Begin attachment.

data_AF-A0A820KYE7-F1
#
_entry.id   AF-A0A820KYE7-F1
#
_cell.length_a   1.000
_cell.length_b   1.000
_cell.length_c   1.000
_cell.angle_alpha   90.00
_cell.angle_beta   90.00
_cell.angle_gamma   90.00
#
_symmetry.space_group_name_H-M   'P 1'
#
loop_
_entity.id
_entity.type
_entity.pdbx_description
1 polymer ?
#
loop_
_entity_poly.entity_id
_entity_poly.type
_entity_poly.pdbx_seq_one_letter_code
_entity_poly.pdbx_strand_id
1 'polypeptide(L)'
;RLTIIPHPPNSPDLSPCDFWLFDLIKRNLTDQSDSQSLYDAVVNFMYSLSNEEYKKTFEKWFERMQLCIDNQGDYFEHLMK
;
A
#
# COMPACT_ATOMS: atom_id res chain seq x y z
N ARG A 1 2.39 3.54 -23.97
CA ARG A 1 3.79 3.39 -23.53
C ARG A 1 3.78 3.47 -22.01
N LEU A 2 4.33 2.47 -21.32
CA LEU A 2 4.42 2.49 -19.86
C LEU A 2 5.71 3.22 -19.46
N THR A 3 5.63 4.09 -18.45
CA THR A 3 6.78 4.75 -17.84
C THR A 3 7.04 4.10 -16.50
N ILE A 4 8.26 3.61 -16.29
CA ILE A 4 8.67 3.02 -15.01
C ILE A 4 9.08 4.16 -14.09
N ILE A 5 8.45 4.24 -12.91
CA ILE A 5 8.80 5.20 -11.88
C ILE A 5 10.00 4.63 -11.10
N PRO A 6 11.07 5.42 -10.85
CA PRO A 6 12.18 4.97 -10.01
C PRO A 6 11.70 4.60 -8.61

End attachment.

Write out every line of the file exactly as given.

data_AF-A0A820KYE7-F1
#
_entry.id   AF-A0A820KYE7-F1
#
_cell.length_a   1.000
_cell.length_b   1.000
_cell.length_c   1.000
_cell.angle_alpha   90.00
_cell.angle_beta   90.00
_cell.angle_gamma   90.00
#
_symmetry.space_group_name_H-M   'P 1'
#
loop_
_entity.id
_entity.type
_entity.pdbx_description
1 polymer ?
#
loop_
_entity_poly.entity_id
_entity_poly.type
_entity_poly.pdbx_seq_one_letter_code
_entity_poly.pdbx_strand_id
1 'polypeptide(L)'
;RLTIIPHPPNSPDLSPCDFWLFDLIKRNLTDQSDSQSLYDAVVNFMYSLSNEEYKKTFEKWFERMQLCIDNQGDYFEHLMK
;
A
#
# COMPACT_ATOMS: atom_id res chain seq x y z
N ARG A 1 2.39 3.54 -23.97
CA ARG A 1 3.79 3.39 -23.53
C ARG A 1 3.78 3.47 -22.01
N LEU A 2 4.33 2.47 -21.32
CA LEU A 2 4.42 2.49 -19.86
C LEU A 2 5.71 3.22 -19.46
N THR A 3 5.63 4.09 -18.45
CA THR A 3 6.78 4.75 -17.84
C THR A 3 7.04 4.10 -16.50
N ILE A 4 8.26 3.61 -16.29
CA ILE A 4 8.67 3.02 -15.01
C ILE A 4 9.08 4.16 -14.09
N ILE A 5 8.45 4.24 -12.91
CA ILE A 5 8.80 5.20 -11.88
C ILE A 5 10.00 4.63 -11.10
N PRO A 6 11.07 5.42 -10.85
CA PRO A 6 12.18 4.97 -10.01
C PRO A 6 11.70 4.60 -8.61